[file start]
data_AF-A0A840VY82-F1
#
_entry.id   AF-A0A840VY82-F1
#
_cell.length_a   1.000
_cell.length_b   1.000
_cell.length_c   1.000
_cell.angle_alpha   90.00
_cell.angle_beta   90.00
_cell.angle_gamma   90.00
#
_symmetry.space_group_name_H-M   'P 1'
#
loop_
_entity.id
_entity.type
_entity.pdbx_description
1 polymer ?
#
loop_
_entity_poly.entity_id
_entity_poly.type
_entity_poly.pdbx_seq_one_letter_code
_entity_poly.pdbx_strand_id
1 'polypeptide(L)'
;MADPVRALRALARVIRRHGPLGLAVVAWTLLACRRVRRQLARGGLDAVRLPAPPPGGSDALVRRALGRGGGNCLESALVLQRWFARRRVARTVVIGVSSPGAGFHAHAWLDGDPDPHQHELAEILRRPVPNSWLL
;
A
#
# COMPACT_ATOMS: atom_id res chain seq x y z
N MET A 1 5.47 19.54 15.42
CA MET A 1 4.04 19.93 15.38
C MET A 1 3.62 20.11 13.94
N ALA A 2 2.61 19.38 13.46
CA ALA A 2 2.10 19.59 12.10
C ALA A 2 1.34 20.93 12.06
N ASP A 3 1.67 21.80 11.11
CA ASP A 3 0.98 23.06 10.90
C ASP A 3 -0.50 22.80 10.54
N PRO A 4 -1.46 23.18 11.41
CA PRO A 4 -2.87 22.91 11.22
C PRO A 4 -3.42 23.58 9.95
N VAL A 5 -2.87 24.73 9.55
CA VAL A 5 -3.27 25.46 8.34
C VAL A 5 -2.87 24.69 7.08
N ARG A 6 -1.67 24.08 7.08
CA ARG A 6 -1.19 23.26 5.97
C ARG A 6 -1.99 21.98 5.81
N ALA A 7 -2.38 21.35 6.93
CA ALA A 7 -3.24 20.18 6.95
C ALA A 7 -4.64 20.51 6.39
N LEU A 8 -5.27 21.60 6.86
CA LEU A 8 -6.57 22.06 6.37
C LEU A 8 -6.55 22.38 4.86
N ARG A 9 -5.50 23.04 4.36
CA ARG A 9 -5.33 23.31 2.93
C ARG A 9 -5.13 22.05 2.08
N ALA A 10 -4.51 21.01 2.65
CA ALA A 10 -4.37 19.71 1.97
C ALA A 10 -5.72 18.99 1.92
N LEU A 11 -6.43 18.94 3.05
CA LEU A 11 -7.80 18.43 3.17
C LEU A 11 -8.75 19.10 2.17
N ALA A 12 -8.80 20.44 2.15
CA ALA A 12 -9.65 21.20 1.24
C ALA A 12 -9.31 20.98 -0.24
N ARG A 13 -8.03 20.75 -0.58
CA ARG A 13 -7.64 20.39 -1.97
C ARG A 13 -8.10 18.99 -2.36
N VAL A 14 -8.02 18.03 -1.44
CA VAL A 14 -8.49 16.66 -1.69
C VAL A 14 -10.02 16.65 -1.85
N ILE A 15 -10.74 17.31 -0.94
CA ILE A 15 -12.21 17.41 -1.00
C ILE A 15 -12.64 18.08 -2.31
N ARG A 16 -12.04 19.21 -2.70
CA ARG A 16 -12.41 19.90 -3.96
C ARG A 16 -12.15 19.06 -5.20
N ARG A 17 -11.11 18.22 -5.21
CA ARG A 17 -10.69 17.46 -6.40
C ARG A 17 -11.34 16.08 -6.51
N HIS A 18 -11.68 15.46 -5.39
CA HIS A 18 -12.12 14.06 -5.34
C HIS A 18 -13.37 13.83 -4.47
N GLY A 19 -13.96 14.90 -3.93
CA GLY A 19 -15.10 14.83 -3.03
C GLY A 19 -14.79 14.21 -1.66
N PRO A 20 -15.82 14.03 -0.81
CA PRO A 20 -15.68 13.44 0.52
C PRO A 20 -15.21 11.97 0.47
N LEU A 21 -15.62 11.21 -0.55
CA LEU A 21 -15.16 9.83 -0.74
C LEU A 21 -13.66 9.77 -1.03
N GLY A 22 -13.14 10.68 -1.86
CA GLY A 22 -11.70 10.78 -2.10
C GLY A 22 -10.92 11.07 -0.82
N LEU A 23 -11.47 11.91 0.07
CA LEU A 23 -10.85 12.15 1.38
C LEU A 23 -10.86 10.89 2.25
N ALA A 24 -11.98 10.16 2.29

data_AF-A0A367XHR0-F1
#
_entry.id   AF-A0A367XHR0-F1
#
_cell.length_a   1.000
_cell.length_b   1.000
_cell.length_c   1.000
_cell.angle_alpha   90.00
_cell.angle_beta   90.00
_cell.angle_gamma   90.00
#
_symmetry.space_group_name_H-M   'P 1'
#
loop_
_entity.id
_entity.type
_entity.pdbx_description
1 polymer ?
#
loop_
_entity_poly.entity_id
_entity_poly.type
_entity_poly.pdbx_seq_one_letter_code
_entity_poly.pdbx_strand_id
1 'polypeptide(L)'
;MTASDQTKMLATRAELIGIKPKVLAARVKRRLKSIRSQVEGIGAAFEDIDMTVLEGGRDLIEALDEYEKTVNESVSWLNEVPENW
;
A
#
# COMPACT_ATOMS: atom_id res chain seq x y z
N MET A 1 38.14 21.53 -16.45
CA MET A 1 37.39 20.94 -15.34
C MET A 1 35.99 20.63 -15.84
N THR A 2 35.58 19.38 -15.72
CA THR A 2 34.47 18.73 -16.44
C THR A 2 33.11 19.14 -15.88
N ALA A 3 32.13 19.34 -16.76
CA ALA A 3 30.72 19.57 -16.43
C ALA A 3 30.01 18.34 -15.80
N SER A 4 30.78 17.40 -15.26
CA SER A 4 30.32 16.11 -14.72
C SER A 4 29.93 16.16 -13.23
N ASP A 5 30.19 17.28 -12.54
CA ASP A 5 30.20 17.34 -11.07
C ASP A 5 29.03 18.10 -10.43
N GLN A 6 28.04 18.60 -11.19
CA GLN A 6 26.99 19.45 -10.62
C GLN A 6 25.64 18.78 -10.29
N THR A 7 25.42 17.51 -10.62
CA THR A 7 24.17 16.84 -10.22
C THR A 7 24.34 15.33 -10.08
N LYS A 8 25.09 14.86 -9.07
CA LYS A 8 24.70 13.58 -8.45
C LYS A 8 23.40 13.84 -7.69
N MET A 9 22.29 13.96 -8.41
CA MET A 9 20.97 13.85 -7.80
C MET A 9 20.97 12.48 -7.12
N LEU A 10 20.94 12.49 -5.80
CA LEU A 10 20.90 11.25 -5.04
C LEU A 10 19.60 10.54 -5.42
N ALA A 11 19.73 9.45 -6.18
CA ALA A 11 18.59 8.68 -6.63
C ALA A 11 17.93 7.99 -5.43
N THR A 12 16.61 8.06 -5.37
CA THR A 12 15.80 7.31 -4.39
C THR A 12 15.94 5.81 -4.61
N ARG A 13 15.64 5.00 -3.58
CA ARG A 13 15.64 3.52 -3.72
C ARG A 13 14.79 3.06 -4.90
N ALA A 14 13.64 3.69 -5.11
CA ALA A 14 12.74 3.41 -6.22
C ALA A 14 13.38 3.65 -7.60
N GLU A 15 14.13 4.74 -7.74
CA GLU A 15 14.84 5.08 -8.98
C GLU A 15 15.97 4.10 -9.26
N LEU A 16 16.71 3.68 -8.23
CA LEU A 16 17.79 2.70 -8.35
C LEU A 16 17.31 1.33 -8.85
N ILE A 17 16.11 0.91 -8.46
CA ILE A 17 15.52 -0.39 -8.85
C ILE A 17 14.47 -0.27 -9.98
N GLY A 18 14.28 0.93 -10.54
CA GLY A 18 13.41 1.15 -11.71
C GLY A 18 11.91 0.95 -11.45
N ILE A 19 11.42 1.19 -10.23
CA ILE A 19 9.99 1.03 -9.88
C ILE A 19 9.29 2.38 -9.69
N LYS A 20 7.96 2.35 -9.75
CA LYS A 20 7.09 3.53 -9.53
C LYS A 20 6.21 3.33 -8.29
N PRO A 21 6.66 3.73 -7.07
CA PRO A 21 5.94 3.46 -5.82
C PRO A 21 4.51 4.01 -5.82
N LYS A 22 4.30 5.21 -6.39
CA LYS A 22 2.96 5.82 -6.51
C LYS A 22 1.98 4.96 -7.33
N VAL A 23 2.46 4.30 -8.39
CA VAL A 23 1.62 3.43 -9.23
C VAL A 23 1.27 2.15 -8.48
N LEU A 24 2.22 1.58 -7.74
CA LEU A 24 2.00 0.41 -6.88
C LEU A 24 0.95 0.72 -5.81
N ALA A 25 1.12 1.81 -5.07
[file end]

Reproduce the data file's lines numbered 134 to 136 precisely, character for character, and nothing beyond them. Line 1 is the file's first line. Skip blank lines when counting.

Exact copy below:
N THR A 2 35.58 19.38 -15.72
CA THR A 2 34.47 18.73 -16.44
C THR A 2 33.11 19.14 -15.88